Duct Balloon

 Inflatable Isolation Barriers

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In recent years, many coal fired power plants have installed pollution control devices on their boilers known as Selective Catalytic Reduction Systems (SCR’s). This equipment is installed as an integral part of the flue gas duct work. Large dampers are installed at the inlet and outlet duct work to provide a way to isolate the equipment during inspection and maintenance activities.


These large dampers are usually equipped with a seal air system and have various mechanical sealing methods to help provide a tight shut off. But over time, these seals lose their ability to provide a tight seal. Replacing them would require that the unit be shut down in order to change them out. As a solution to these leaky dampers, a Duct Balloon can be installed on the “safe side” of these existing dampers to help create additional sealing as shown in the artist rendering  —>

As shown in the artist rendering lo the left , Duct Balloons are always installed on the “safe side” of the dampers. The space between the damper and the Duct Balloon should be ventilated by cutting access holes in the duct work to relieve any pressure that could build up in this area. This is known as “double block and bleed” and should always be incorporated when using any type of temporary barrier in this manner. Always consult your company's safety department or the person in responsible charge before making a decision to use ANY type of temporary barrier!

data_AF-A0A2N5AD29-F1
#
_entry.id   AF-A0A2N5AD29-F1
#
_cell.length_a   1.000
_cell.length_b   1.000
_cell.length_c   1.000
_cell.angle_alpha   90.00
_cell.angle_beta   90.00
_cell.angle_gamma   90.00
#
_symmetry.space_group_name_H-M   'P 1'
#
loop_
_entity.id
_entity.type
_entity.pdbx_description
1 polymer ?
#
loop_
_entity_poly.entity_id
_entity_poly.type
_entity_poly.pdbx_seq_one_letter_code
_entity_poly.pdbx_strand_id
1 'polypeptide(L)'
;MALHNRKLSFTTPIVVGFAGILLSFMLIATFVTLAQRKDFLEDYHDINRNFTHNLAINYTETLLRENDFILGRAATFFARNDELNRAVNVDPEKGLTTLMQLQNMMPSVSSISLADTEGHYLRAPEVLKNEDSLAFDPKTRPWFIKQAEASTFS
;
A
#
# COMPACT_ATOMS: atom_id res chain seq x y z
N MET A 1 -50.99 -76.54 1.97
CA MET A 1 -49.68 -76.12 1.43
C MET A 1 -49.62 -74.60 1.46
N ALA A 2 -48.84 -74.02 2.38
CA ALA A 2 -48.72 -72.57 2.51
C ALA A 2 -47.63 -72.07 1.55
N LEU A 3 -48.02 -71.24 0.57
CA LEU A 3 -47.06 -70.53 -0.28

SCR catalyst materials can be very hygroscopic. Atmospheric moisture drawn by the hygroscopic characteristics of any accumulated fly ash can react with any fly ash already accumulated, and form a concrete-like coating on it and inside the catalyst elements.


Even though the balloon material can be rated to 500ºF (260ºC) insulation between the damper and the balloon may be required to protect it from any high heat surfaces for which it could come in contact.


The Duct Balloon is brought into the duct work at the desired installation location and placed into position prior to inflating it. Grab handles are sewn into the balloon to provide a means to maneuver it in place. The inflation tube is permanently attached to the balloon at a location specified by the customer, usually near the man way. The end of the inflation tube is then connected to the blower system, which is normally placed outside the SCR or FGD system on the floor grating. Once the blower is started the balloon will inflate in about 5-10 minutes depending on its size.


Duct balloons for these applications can be as large 20’0” (6.1m) high x 100’0” (30.48m) wide. But even a large Duct Balloon of this size could be made in sections with the weight not to exceed more than 100 lbs. (45.3 Kg.) per section. Each section could be made so that it would be able to be installed through an existing man way as small as 24” (609mm)x 30” (762mm).

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